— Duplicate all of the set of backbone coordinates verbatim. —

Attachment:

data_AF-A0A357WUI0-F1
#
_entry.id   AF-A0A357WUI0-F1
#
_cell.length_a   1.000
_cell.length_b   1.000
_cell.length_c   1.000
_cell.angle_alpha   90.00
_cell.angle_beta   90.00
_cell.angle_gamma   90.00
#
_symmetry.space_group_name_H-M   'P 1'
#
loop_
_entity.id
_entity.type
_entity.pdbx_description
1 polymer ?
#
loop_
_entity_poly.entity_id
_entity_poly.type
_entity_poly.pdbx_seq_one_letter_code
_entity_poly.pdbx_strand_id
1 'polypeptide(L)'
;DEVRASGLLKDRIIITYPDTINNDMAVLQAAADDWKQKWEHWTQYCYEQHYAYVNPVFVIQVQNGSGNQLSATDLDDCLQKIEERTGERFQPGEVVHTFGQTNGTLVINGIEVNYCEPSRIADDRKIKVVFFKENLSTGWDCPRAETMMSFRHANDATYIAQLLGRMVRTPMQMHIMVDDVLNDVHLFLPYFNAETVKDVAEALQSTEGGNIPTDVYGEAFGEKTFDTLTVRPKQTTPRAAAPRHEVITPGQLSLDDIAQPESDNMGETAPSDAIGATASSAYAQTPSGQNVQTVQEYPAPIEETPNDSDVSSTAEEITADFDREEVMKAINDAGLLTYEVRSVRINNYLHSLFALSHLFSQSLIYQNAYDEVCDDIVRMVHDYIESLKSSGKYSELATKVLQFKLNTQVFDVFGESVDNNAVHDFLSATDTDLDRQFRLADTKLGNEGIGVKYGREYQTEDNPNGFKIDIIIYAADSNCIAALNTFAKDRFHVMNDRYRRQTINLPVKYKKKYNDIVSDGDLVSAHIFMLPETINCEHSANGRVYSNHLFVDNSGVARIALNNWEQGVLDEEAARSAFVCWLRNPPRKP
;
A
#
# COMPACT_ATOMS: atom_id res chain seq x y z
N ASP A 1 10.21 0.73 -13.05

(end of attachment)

data_AF-A0A357WUI0-F1
#
_entry.id   AF-A0A357WUI0-F1
#
_cell.length_a   1.000
_cell.length_b   1.000
_cell.length_c   1.000
_cell.angle_alpha   90.00
_cell.angle_beta   90.00
_cell.angle_gamma   90.00
#
_symmetry.space_group_name_H-M   'P 1'
#
loop_
_entity.id
_entity.type
_entity.pdbx_description
1 polymer ?
#
loop_
_entity_poly.entity_id
_entity_poly.type
_entity_poly.pdbx_seq_one_letter_code
_entity_poly.pdbx_strand_id
1 'polypeptide(L)'
;DEVRASGLLKDRIIITYPDTINNDMAVLQAAADDWKQKWEHWTQYCYEQHYAYVNPVFVIQVQNGSGNQLSATDLDDCLQKIEERTGERFQPGEVVHTFGQTNGTLVINGIEVNYCEPSRIADDRKIKVVFFKENLSTGWDCPRAETMMSFRHANDATYIAQLLGRMVRTPMQMHIMVDDVLNDVHLFLPYFNAETVKDVAEALQSTEGGNIPTDVYGEAFGEKTFDTLTVRPKQTTPRAAAPRHEVITPGQLSLDDIAQPESDNMGETAPSDAIGATASSAYAQTPSGQNVQTVQEYPAPIEETPNDSDVSSTAEEITADFDREEVMKAINDAGLLTYEVRSVRINNYLHSLFALSHLFSQSLIYQNAYDEVCDDIVRMVHDYIESLKSSGKYSELATKVLQFKLNTQVFDVFGESVDNNAVHDFLSATDTDLDRQFRLADTKLGNEGIGVKYGREYQTEDNPNGFKIDIIIYAADSNCIAALNTFAKDRFHVMNDRYRRQTINLPVKYKKKYNDIVSDGDLVSAHIFMLPETINCEHSANGRVYSNHLFVDNSGVARIALNNWEQGVLDEEAARSAFVCWLRNPPRKP
;
A
#
# COMPACT_ATOMS: atom_id res chain seq x y z
N ASP A 1 10.21 0.73 -13.05